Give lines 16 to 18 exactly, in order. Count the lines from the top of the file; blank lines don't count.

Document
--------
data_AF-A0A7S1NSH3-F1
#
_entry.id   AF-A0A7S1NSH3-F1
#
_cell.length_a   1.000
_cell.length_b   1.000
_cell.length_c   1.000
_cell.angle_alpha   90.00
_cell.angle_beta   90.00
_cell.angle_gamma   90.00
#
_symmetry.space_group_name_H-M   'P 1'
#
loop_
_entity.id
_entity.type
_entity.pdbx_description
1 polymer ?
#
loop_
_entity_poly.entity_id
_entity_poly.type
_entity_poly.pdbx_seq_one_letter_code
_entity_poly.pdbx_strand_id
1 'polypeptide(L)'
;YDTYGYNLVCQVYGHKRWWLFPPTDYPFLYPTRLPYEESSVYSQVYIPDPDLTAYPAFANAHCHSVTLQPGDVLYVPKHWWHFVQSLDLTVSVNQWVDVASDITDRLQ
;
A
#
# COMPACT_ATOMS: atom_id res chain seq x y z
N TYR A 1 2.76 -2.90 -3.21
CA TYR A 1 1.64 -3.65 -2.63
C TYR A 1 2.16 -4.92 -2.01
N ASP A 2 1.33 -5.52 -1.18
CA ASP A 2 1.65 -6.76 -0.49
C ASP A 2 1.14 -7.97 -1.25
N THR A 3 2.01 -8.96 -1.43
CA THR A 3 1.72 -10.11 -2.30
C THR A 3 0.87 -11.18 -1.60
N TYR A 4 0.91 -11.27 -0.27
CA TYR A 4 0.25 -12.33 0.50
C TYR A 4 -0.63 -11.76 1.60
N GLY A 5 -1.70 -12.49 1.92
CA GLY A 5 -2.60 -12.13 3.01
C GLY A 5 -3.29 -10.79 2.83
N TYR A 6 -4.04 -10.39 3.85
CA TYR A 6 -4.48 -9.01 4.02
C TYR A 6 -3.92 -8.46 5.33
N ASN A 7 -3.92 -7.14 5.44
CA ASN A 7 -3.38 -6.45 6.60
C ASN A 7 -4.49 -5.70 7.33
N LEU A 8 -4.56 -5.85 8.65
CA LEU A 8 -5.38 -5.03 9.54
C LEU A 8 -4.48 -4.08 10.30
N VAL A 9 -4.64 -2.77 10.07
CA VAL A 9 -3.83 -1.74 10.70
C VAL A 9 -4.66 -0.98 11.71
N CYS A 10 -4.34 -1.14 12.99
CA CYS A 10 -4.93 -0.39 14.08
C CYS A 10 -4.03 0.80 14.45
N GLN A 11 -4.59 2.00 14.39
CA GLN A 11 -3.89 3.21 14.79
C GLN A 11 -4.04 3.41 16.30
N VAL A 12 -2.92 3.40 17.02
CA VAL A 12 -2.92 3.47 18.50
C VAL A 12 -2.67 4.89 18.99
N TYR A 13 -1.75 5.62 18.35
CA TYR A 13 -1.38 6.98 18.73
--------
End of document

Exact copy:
_entity.type
_entity.pdbx_description
1 polymer ?